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    “Experimental Depression Treatment Is Nearly 80% Effective in Controlled Study” by Mandy Erickson

    Stanford University School of Medicine
    The Robert G. Fenley Writing Awards: News Releases - Silver

    The news release is about a novel, effective treatment for depression. Called Stanford accelerated intelligent neuromodulation therapy, or SAINT, the treatment builds on an FDA-approved therapy, magnetic brain stimulation, but it’s targeted to a specific part of an individual’s brain and administered in higher doses on an accelerated timeline. The release includes the story of a participant who experienced substantial relief from his depression, which had plagued him for decades.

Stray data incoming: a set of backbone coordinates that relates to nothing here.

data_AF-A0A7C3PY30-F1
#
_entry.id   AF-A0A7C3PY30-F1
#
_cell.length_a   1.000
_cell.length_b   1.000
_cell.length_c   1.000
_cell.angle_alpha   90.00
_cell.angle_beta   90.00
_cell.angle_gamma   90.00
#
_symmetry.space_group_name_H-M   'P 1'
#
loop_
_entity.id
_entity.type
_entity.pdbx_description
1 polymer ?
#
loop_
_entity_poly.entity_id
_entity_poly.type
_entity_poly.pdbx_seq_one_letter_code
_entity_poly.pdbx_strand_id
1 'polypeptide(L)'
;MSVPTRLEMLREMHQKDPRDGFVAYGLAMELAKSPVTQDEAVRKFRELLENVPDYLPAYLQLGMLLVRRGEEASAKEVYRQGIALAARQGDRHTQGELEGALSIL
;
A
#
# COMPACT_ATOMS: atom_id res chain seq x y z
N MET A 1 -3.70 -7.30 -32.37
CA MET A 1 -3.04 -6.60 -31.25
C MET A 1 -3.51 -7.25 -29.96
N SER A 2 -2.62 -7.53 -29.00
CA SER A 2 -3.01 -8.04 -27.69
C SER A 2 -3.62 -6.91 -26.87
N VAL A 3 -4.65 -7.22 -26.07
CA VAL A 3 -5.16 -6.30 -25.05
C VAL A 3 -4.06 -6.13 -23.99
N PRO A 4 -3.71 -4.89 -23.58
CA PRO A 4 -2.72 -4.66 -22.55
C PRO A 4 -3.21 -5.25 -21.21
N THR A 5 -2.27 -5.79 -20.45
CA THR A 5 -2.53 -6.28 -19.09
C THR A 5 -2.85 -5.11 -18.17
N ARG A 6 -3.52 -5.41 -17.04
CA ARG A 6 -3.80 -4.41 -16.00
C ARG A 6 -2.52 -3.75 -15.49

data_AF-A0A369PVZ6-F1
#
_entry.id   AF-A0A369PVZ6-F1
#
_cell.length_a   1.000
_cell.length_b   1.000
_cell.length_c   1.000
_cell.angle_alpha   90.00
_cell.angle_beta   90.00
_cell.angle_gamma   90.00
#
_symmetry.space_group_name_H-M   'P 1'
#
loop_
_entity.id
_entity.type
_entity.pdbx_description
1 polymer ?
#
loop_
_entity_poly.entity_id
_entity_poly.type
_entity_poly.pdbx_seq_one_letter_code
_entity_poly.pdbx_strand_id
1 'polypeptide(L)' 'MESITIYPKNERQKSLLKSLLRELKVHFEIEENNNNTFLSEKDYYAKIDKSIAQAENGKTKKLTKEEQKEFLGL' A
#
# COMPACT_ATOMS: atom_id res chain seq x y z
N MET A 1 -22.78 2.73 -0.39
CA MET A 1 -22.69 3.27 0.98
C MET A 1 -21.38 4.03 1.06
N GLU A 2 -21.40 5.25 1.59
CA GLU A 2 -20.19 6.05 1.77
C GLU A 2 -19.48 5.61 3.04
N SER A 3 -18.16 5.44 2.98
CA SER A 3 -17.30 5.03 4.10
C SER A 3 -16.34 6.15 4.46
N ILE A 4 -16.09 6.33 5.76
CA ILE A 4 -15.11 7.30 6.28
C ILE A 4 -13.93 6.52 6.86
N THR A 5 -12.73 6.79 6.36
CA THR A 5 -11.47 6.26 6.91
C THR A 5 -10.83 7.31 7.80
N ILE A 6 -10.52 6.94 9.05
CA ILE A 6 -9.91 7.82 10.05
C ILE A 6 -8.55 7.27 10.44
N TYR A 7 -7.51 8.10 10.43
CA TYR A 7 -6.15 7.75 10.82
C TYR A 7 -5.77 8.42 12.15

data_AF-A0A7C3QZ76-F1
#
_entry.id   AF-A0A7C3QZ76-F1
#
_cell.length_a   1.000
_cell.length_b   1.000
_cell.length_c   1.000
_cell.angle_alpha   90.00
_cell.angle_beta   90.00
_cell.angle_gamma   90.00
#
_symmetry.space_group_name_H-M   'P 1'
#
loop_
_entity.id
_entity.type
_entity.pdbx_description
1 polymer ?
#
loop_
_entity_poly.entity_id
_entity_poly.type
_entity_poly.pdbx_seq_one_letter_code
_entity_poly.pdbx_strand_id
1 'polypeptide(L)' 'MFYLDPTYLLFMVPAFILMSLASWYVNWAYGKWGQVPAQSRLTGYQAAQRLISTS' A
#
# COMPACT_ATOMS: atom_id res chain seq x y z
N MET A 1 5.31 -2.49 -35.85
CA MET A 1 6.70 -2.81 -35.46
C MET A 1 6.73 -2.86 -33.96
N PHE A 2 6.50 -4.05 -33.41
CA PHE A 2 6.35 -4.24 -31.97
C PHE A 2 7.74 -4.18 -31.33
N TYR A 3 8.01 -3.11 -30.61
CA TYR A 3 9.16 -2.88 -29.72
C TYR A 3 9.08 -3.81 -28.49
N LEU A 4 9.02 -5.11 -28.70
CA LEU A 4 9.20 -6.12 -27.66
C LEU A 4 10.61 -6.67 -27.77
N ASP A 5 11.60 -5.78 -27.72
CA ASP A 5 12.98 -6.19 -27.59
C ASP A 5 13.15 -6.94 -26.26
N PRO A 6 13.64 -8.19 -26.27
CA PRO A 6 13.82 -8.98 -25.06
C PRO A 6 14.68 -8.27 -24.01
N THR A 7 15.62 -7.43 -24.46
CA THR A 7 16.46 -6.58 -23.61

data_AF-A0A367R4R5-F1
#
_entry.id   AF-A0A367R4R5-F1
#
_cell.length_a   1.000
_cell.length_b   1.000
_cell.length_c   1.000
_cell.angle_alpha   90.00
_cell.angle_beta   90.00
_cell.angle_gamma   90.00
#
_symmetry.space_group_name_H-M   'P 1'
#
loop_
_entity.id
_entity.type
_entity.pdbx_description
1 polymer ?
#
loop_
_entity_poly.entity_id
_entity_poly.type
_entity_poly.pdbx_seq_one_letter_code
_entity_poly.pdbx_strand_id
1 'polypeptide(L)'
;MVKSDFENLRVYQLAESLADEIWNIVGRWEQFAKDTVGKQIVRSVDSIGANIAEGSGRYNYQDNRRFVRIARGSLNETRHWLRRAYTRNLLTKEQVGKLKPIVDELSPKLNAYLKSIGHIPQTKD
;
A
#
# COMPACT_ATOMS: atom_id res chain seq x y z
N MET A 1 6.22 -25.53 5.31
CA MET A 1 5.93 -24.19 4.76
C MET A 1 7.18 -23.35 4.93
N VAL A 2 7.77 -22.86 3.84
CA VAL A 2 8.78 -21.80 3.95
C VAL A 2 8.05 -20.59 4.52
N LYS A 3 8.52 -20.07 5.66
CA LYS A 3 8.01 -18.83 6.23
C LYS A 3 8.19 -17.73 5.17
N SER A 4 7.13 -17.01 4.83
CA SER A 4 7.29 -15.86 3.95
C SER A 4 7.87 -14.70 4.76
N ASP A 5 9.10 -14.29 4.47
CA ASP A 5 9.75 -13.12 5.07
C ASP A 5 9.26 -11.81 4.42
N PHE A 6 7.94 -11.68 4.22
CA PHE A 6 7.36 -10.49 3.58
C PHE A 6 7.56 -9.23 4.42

What was the most impactful part of your entry?
    The fact that, after just a week, 80% of people who underwent the treatment were no longer depressed — as opposed to simply less depressed — was incredible. In psychiatry, treatments typically help less than half of patients, and they often merely lessen symptoms rather than result in remission.

    What is one thing you learned from your entry/experience?
    I understood more fully how debilitating and overwhelming depression can be. Most of the patients had suffered from truncated lives because of depression — for years, if not decades. The treatment allowed them to live full lives and do things that the rest of us take for granted, such as taking a dog for a walk or completing a bachelor’s degree.

    Alison Peterson